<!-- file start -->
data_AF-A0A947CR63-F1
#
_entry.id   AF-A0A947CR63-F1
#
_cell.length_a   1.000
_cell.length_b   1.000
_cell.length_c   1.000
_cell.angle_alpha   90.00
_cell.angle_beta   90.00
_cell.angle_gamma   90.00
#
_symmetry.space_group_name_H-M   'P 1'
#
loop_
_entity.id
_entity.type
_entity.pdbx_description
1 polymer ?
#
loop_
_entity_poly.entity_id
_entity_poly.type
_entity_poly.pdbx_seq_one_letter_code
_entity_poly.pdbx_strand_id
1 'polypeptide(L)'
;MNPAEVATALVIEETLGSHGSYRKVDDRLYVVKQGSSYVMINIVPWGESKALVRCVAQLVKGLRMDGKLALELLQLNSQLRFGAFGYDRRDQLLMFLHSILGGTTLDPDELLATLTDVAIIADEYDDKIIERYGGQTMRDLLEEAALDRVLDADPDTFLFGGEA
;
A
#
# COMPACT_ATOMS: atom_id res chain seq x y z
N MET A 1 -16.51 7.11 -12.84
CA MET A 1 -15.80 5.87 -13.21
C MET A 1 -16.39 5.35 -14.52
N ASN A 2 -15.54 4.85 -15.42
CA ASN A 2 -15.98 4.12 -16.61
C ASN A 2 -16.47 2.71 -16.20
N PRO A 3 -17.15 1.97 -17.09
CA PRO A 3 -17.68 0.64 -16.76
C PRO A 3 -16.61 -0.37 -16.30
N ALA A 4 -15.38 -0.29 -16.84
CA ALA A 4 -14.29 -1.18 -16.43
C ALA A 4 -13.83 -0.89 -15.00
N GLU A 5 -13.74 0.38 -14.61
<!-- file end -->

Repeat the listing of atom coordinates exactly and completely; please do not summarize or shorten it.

data_AF-A0A947CR63-F1
#
_entry.id   AF-A0A947CR63-F1
#
_cell.length_a   1.000
_cell.length_b   1.000
_cell.length_c   1.000
_cell.angle_alpha   90.00
_cell.angle_beta   90.00
_cell.angle_gamma   90.00
#
_symmetry.space_group_name_H-M   'P 1'
#
loop_
_entity.id
_entity.type
_entity.pdbx_description
1 polymer ?
#
loop_
_entity_poly.entity_id
_entity_poly.type
_entity_poly.pdbx_seq_one_letter_code
_entity_poly.pdbx_strand_id
1 'polypeptide(L)'
;MNPAEVATALVIEETLGSHGSYRKVDDRLYVVKQGSSYVMINIVPWGESKALVRCVAQLVKGLRMDGKLALELLQLNSQLRFGAFGYDRRDQLLMFLHSILGGTTLDPDELLATLTDVAIIADEYDDKIIERYGGQTMRDLLEEAALDRVLDADPDTFLFGGEA
;
A
#
# COMPACT_ATOMS: atom_id res chain seq x y z
N MET A 1 -16.51 7.11 -12.84
CA MET A 1 -15.80 5.87 -13.21
C MET A 1 -16.39 5.35 -14.52
N ASN A 2 -15.54 4.85 -15.42
CA ASN A 2 -15.98 4.12 -16.61
C ASN A 2 -16.47 2.71 -16.20
N PRO A 3 -17.15 1.97 -17.09
CA PRO A 3 -17.68 0.64 -16.76
C PRO A 3 -16.61 -0.37 -16.30
N ALA A 4 -15.38 -0.29 -16.84
CA ALA A 4 -14.29 -1.18 -16.43
C ALA A 4 -13.83 -0.89 -15.00
N GLU A 5 -13.74 0.38 -14.61